Feb 22, 2010

By: Erin Millar
Published in The Globe & Mail on February 22, 2010

The passionate teacher
When Nora Franzova finished graduate school at the University of Rochester in New York State, she faced a difficult choice: she had a job offer from a large consulting firm to be an actuary, one the highest paid gigs a mathematician can score. But she knew from her experience tutoring that she loved teaching. "When I was doing research and teaching courses in graduate school, teaching was much more alive for me. It had the spark." So she forwent the fat actuary paycheque and applied to colleges, eventually landing a job teaching mathematics and statistics at Langara Community College in Vancouver.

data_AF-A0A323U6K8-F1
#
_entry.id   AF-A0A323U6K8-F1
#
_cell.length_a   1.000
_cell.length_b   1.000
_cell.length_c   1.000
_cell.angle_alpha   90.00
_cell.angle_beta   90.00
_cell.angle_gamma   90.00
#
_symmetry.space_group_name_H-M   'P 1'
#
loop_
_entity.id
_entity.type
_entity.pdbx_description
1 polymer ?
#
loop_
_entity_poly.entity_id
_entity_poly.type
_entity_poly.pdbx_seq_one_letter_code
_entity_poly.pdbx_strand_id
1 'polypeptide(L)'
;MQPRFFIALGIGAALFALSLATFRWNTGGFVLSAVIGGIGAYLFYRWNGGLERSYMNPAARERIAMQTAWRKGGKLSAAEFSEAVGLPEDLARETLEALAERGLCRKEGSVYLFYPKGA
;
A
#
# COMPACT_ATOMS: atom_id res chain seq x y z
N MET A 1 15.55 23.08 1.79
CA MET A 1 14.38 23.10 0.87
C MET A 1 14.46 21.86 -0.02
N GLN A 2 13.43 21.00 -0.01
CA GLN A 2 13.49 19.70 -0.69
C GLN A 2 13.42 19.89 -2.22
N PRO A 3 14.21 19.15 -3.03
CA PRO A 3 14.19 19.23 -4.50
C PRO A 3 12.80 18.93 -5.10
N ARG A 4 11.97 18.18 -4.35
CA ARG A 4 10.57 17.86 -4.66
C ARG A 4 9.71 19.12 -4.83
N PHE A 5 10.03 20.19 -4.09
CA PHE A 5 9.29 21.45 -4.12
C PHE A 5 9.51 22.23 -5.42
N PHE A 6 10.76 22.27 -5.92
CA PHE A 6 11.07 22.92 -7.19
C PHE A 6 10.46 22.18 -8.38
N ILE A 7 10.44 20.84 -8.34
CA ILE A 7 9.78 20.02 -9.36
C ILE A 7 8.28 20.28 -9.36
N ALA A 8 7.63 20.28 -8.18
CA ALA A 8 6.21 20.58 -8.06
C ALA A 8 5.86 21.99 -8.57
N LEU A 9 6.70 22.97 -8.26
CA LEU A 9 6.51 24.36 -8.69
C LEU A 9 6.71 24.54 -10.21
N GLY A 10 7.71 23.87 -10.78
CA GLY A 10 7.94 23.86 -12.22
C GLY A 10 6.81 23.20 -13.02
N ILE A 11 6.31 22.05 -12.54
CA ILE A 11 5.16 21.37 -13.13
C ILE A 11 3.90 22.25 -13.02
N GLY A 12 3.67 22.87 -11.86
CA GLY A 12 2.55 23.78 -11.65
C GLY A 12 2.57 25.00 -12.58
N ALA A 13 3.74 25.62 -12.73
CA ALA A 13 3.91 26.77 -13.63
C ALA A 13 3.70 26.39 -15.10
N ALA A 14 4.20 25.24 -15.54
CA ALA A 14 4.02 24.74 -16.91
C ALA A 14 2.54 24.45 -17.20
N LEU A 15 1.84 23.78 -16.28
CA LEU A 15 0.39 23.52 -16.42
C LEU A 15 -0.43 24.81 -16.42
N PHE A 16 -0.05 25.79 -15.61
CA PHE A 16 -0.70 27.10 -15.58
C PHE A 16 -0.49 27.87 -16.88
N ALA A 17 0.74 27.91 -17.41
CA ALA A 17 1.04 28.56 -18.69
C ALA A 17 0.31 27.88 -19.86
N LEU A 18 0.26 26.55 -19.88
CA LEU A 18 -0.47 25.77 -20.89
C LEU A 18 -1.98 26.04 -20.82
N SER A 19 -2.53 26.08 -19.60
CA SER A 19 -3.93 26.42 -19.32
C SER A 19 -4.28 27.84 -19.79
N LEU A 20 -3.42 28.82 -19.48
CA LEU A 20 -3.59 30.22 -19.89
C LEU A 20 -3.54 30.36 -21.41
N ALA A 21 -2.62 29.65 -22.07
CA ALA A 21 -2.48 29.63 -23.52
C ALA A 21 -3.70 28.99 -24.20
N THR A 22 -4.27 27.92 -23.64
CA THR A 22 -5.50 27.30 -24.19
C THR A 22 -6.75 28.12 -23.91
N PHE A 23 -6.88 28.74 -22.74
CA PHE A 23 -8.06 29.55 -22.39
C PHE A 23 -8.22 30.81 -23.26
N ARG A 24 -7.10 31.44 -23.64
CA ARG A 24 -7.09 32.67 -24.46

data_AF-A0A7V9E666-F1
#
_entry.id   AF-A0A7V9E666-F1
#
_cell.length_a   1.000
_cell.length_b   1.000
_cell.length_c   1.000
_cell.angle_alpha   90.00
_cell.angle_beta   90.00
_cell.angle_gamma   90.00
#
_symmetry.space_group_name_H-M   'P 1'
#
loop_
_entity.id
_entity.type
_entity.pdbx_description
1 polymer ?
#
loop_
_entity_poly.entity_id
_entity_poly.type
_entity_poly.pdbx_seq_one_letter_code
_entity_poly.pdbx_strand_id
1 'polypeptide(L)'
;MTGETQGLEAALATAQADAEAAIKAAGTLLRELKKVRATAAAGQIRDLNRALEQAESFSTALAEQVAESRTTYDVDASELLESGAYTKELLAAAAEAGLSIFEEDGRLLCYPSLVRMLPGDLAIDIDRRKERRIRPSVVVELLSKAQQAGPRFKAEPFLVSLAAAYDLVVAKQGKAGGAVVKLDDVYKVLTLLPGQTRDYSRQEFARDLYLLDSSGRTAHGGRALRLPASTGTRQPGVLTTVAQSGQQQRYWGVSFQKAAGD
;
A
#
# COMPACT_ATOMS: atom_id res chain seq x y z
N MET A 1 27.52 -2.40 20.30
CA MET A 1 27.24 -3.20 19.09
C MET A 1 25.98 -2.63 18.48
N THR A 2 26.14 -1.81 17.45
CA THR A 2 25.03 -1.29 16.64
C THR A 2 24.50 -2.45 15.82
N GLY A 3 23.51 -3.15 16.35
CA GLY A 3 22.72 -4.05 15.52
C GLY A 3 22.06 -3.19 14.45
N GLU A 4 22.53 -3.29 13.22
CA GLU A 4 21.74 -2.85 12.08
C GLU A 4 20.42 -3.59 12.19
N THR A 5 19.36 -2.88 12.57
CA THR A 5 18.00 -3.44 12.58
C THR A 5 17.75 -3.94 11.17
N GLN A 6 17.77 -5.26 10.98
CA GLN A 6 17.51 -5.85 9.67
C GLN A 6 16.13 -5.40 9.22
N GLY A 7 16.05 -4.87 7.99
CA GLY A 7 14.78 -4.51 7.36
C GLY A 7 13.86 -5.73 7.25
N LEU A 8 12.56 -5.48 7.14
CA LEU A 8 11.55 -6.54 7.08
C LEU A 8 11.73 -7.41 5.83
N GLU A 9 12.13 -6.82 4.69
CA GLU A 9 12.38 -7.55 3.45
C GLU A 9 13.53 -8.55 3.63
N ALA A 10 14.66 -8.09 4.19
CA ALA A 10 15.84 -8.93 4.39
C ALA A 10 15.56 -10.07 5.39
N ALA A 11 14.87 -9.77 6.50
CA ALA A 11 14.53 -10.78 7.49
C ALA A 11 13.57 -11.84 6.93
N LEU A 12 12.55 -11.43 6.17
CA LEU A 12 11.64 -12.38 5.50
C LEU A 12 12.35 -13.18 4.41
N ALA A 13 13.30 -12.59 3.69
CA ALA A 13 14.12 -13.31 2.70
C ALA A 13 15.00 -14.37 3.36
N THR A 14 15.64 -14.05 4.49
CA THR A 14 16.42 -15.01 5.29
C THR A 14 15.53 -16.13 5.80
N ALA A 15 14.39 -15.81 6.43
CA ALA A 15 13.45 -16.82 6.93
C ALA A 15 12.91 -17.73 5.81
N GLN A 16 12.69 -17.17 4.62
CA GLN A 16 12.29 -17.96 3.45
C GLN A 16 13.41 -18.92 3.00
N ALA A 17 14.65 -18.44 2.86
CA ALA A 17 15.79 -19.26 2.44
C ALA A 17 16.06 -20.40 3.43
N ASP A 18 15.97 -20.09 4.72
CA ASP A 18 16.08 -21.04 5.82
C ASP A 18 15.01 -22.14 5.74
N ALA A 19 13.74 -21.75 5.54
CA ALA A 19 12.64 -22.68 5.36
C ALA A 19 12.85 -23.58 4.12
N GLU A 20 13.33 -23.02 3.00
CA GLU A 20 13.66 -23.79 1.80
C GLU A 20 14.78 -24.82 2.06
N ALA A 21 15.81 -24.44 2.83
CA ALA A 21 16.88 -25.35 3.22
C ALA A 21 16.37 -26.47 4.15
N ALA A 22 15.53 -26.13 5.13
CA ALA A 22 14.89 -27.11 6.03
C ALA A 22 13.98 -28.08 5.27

One of the advantages college instructors have over university professors in the classroom is that without having to bear the constant pressure of scholarship, they are free to focus exclusively on teaching. Dr. Franzova continuously studies the latest education research and experiments with new techniques in the classroom, something she says her university professor husband is not able to find time for with his busy research schedule.

To Margaret Heldman, Langara's acting dean of instruction, the fact that Dr. Franzova proactively chose teaching over research or the private sector is a testament to the passion she has for educating. "She inspires her students. She is able to make that connection with the people who sit in front of her for four hours a week, every week for 13 weeks."